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Israeli Air Force officers search for new bird strike solution

OFFUTT AIR FORCE BASE, Neb. -- Searching for ways to improve their bird strike prevention program, two officers from the Israeli Air Force visited Offutt Air Force Base Dec. 19, to learn about Offutt's Bird Aircraft Strike Hazard program, particularly its use of the MERLIN Aircraft Birdstrike Avoidance Radar System.

The bird radar helps prevent bird strikes, which are incidents where birds and planes collide causing damage to the aircraft, by providing real time bird strike risk information to the supervisor of flying and air traffic control tower through a display of bird activity and strike risk alerts.

Israel, being located between Europe and Africa, sees heavy activity of birds migrating from one continent to another depending on the season. This activity has caused problems for aircraft flying over the small country.

"We have a tiny airspace crowded with a lot of aircraft and a lot of birds," said Israeli Air Force Maj. Oded Ovadia, chief of the IAF BASH program.

This small, crowded area leads to a huge problem of bird strikes for the IAF, he added. On average, the IAF has approximately 200 bird strikes yearly, with less than 5 percent of those strikes causing damage to the aircrafts.

To help prevent bird strikes, Offutt, like air forces around the world, utilizes a robust BASH program. In particular, Offutt has employed and maintained the bird radar since 2009 which has changed the way daily flights and training missions are managed.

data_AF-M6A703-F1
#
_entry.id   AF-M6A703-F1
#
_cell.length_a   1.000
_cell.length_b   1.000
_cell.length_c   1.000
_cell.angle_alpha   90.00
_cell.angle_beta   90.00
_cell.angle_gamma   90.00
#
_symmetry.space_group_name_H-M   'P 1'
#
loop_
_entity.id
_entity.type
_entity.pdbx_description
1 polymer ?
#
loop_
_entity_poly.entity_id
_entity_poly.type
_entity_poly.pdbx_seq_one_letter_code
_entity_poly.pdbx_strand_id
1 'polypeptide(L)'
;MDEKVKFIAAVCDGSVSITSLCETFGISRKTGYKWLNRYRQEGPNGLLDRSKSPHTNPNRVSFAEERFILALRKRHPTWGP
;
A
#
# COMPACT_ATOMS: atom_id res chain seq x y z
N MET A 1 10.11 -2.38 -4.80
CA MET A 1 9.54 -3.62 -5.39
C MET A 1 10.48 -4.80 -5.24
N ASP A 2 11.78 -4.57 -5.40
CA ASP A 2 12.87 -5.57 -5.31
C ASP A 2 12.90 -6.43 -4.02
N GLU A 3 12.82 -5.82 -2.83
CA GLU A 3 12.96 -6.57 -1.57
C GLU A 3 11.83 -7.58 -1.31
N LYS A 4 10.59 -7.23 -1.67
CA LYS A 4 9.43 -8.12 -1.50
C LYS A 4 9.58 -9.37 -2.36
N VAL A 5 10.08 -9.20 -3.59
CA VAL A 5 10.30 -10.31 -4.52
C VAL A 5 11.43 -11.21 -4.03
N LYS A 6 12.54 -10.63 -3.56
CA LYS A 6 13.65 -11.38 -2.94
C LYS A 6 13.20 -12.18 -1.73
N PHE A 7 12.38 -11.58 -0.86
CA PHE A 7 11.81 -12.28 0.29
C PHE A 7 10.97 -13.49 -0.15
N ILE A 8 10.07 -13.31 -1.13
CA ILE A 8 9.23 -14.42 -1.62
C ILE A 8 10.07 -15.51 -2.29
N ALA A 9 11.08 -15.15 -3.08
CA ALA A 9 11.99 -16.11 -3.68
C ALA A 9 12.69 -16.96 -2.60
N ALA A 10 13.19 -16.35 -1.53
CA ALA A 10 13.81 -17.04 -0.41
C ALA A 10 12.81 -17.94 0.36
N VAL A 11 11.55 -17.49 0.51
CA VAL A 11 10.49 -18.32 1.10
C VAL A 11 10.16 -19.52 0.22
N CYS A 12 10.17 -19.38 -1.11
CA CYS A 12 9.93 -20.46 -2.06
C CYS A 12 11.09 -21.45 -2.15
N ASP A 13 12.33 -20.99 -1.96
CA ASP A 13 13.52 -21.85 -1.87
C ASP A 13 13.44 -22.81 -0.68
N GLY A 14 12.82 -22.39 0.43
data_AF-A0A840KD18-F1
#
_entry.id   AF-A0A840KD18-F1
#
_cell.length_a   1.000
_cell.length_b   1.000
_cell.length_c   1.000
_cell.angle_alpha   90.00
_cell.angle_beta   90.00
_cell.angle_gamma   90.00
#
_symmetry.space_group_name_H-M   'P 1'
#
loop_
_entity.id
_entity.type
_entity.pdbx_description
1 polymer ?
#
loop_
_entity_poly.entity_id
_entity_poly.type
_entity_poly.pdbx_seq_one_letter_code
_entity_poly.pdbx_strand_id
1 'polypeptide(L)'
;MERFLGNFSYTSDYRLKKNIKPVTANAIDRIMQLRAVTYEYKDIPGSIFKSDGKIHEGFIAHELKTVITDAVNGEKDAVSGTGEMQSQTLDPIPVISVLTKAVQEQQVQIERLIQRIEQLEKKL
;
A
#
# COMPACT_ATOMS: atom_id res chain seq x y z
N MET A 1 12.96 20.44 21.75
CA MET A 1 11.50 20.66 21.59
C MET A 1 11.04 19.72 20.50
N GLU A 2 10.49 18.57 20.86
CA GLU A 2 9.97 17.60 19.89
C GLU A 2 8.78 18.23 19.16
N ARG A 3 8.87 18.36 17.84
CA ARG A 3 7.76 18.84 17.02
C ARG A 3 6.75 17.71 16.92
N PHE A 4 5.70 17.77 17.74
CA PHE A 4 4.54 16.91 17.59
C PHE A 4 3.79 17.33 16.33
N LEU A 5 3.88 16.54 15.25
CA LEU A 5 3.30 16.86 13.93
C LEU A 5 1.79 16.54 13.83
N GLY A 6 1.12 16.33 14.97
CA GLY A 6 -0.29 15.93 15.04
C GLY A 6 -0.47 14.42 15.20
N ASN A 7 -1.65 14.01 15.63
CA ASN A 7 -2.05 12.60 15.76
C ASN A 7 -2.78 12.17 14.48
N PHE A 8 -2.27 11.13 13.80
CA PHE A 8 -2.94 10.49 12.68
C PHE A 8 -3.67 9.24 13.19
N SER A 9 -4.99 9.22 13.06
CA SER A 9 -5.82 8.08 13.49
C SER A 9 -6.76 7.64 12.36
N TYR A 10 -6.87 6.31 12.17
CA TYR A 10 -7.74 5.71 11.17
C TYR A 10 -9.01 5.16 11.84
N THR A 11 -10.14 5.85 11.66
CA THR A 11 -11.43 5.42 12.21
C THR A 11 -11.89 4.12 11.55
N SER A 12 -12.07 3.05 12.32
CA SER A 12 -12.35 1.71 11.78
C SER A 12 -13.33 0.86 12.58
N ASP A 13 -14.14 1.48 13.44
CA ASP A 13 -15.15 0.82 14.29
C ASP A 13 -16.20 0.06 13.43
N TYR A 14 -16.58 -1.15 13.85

"[The bird radar] has changed how we actually fly," said Lt. Col. Alex Bruzzano, chief of safety for the 170th Operations Group, an Air National Guard unit at Offutt. "It allows us to see birds at night. It gives us the ability to keep our aircraft out of harm's way when they are flying at night. It gives us a much better look at when the birds are migrating through the area, so that we are able to maximize the flight hours for the operations group."

The IAF has been exploring options to help prevent bird strikes, and their Offutt tour enabled them to see another possible approach to this problem.

Even though Offutt's climate is very different from Israel, especially during the winter months, Ovadia states, "Pilots are pilots, ATCs are ATCs and birds are birds. We all are doing the same job, we have the same problems and we look for the same solutions."

Currently, the IAF is using weather radars to help track birds, as well as biologists and border collies to help deter the birds away from major bases. However, within the next year or so the IAF hopes to employ a radar system similar to Offutt's.

The bird radar is now in its fourth year of operation and has decreased bird strikes at Offutt by 25 percent. Its success as well as Offutt's BASH program has struck interest in other foreign countries, as well as other U.S. Air Force bases and even the Federal Aviation Administration.